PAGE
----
Thought to have been pioneered by Zopa in the UK, this market has experienced staggering growth – beyond most people’s expectation. Research estimate that in 2015, this market, globally, was worth US$ 26.16 billion. Predictions are that market valuation will reach a staggering US$ 897.85 billion by 2024, expanding at an estimated CAGR of 48.2% from 2016 to 2024.
Shouldn’t you be part of this success story?
Types of Peer to Peer Lenders
As you can imagine, Peer to Peer lenders come in different shapes and forms. Her are some of the business models:
Peer to Peer Consumer Lending
These types of platforms allow individual borrowers to showcase their loans for investors to invest in. Typically, these are ordinary folks looking to get a loan to buy an asset, pay off a debt or consolidate their debt. The larger platforms will usually follow a discretionary approach, investing the funds on behalf of their investors across different loans. Platform examples:
Peer to Peer Business Lending
As the name suggests, these types of platform bring only business borrowers to their platform, allowing investors to make a business loan investment. Not always the case, however, often, businesses will be asked to provide collateral and/or guarantees to secure the loan. Platform examples:
Businesses are often borrowing funds for working capital or to purchase an asset. The funds are used to strengthen the business, and taking collateral into account, investors are more likely to get at least a portion of their loans repaid. Of course, this is not always the case, however, compared against uncollateralised consumer loans, business loans may be slightly safer alternative.
Such platforms lend to consumers and businesses and Lending Club in the US is a classic example. As platforms aim to scale, I believe that many will be forced to adopt a hybrid approach, bringing consumer, business and real estate borrowers.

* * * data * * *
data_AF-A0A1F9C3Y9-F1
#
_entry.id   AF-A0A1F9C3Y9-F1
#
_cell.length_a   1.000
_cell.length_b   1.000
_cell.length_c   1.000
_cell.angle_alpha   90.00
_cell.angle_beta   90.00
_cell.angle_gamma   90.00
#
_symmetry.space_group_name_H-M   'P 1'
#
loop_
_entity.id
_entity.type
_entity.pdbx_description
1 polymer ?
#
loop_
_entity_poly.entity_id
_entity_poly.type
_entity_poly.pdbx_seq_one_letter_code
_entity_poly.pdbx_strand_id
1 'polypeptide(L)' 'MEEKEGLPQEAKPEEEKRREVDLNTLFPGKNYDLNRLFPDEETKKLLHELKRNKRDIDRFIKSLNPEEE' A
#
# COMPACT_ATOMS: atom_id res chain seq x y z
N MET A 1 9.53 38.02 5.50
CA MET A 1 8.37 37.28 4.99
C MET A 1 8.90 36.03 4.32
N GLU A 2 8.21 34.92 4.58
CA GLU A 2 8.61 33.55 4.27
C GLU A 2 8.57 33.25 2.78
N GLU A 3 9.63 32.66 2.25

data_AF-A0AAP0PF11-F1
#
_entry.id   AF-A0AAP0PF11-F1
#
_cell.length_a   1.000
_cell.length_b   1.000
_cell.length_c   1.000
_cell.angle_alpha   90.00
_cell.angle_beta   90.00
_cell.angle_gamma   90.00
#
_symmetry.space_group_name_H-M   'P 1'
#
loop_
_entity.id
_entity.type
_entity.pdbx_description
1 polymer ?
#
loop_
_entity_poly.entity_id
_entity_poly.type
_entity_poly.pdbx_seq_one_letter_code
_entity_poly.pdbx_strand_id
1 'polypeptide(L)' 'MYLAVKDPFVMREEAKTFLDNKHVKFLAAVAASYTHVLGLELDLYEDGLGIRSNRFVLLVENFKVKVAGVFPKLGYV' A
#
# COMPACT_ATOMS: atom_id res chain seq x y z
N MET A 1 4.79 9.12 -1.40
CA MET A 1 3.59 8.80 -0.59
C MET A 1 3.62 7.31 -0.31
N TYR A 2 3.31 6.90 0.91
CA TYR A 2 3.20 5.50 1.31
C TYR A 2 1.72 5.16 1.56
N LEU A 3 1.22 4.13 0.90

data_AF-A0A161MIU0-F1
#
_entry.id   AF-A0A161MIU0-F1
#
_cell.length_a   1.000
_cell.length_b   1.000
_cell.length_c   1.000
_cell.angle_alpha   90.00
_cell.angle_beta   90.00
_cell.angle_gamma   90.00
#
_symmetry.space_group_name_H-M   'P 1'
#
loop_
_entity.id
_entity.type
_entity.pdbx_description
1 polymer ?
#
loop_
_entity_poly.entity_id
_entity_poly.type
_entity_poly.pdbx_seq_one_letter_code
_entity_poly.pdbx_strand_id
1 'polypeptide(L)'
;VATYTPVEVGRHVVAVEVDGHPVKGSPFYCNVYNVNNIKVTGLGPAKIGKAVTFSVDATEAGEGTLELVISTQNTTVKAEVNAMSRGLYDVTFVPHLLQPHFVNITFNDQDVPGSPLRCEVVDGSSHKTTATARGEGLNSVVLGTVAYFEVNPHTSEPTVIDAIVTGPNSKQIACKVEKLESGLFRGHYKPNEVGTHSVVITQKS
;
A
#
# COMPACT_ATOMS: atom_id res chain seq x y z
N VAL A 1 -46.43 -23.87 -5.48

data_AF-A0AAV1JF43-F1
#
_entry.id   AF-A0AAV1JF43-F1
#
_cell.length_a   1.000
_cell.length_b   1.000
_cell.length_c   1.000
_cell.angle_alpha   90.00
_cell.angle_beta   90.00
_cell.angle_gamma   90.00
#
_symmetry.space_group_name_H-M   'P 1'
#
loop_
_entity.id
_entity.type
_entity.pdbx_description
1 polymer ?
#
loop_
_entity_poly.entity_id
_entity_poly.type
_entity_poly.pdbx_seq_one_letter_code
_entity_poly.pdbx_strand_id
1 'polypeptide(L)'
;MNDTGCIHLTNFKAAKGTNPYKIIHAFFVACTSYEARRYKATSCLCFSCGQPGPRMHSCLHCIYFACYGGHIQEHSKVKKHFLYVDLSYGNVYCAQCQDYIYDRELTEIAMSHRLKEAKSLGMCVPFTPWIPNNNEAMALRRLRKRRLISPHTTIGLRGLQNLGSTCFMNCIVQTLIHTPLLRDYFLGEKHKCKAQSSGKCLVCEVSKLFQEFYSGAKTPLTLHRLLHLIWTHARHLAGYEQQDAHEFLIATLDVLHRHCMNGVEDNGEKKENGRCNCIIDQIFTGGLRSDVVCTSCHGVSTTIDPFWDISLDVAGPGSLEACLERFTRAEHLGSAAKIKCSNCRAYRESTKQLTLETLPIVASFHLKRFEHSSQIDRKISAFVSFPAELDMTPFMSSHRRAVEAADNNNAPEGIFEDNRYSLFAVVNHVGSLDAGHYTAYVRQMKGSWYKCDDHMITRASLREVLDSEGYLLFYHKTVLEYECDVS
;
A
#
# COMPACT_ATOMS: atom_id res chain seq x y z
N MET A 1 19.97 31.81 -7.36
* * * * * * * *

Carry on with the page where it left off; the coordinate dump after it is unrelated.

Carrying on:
Peer to Peer Real Estate Lending
These types of platforms facilitate real estate lending. This would usually be a business loan granted to a developer or home improver, looking to profit from real estate. Platforms often stay away from mortgage lending, as this requires different types of regulation. Platform examples:
Such platforms have grown rapidly, because the deal sizes are much larger, given the higher funding needs for real estate financing.
These types of platforms allow investors to buy receivables (or money owed to them by their debtors). The investor receives the right to payments that the borrower will receive in future. Often, the invoice is discounted by the borrower with a view to getting their invoice paid earlier and helping them manage their cash flow. Platform examples:
What about Regulation?
In the United Kingdom, peer to peer lending enjoy a newly created regulatory framework to accommodate these innovators. All of the above types of platforms, excluding invoice financing, are regulated in this market. The reason for invoice financing to fall outside the regulatory net, is because asset financing is currently not regulated in this market. The industry is however crying out for regulation.
The regulatory framework for peer to peer lending is really diverse across the world. Some countries, for example in Europe, will require such lenders to have some form of a banking license or require platforms to tie up with a bank, to carry out lending activities.
I hope this article helps you better understand Peer to Peer lending, whether you are a potential investor, or someone looking to start such a business. If for whatever reason, we haven’t answered your question, then please contact us.